What is a corneal ulcer?
A corneal ulcer caused by the formation of an open sore in the cornea. The cornea wraps around the iris and round pupil, much like a phone screen covers the internal mechanisms of a phone. An eye infection is usually the cause behind a corneal ulcer; however, other eye disorders can cause it as well.
What are the symptoms of corneal ulcer?
Symptoms of corneal ulcers include:
- redness of the eye
- pain or soreness of eye
- feeling of object in eye
- pus or other discharge
- blurred vision
- sensitivity to light
- swelling of the eyelids
If you think you may have a corneal ulcer or have any symptoms, see your ophthalmologist immediately. Corneal ulcers can damage your vision and changes can be irreversible.
Who is at risk for corneal ulcer?
At risk people include:
- contact lens wearers
- those who’ve had cold sores, chicken pox or shingles
- those who use steroid eye drops
- those with dry eye
- those with eyelid disorders
- those who’ve injured or burnt cornea
If you wear contact lenses, proper use and cleaning of your lenses are essential steps to reduce your risk of a corneal ulcer.
What causes corneal ulcers?
You can prevent many causes of corneal ulcers. Such as using eyewear to prevent eye injury or take proper care of your contact lenses, if you use them.
Corneal ulcers are often-times caused by the following infections:
Bacterial infections: Common in those who wear contact lenses.
Viral infections: Causes cold sores (the herpes simplex virus) and may cause recurring attacks triggered by stress, a weak immune system, or heavy exposure to sunlight. Also, the virus that causes chickenpox and shingles (the varicella virus) can be a causing factor of corneal ulcers.
Fungal infections: Fungal infections can cause corneal ulcers. These infections are caused by improper use of contact lenses or steroid eye drops. Plant materials in the eye can also lead to fungal infections.
Parasitic (Acanthamoeba) infections: When microscopic parasites enter the eye it can cause a bad infection, particularly for contact lens users.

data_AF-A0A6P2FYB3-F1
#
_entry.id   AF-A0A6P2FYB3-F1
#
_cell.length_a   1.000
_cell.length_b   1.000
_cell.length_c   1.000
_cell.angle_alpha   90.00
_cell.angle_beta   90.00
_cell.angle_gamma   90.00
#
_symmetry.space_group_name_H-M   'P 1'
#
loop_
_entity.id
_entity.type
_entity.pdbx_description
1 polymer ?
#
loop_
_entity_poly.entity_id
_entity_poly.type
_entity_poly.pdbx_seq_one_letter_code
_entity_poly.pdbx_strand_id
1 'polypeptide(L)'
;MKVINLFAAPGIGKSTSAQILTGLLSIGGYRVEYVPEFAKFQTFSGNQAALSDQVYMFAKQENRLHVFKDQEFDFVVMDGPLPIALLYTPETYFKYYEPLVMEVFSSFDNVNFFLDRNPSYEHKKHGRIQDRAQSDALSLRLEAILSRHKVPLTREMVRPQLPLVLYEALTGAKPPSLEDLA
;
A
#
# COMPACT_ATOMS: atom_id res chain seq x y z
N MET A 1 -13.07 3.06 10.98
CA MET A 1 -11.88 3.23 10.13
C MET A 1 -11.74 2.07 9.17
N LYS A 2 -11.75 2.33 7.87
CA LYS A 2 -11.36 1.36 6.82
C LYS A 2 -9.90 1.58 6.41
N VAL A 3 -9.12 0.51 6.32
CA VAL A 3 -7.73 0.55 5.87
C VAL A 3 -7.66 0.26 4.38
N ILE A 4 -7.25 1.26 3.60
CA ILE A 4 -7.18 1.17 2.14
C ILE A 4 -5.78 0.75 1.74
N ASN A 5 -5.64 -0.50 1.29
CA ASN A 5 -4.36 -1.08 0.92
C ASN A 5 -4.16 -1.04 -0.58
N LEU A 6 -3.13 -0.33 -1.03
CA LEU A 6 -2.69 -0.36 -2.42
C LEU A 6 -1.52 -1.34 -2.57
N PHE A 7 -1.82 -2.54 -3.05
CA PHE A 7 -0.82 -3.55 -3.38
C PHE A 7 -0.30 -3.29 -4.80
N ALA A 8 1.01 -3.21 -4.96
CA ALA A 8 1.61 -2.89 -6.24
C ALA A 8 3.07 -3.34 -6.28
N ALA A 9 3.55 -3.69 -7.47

Other causes of corneal ulcers include: Abrasions caused by injury to the eye that can become infected by bacteria and lead to corneal ulcers. These injuries can happen from cuts, scratches, or burns. Eyelid disorders can cause the cornea to dry out, potentially developing an ulcer.
How is corneal ulcer diagnosed?
Your ophthalmologist will use fluorescein, a special dye, to light up any damage to your cornea. After this process, the cornea will be examined through a using a microscope which will allow your doctor to see if you have a corneal ulcer.
If your doctor thinks the infection has been caused by a corneal ulcer, they may take a tiny tissue sample to properly treat the infection.
How is a corneal ulcer treated?
Antibiotic, antifungal or antiviral eye drops are usually prescribed over antifungal capsules or injections of the medication near the eye. Steroid or anti-inflammatory eye drops may reduce swelling and help prevent scarring. Pain medication orally may be prescribed to reduce pain.
Surgical treatment: If corneal ulcers cannot be treated with medication, a healthy cornea given by a donor can be used as a transplant to replace a damaged cornea and restore vision.
A corneal ulcer is a sore in the cornea that may be open. It usually results from an eye infection. See your ophthalmologist immediately if you think you have a corneal ulcer, without treatment, permanent damage can occur. Eye drops or medication are usually used for treatment; however, a corneal transplant may be necessary to restore vision.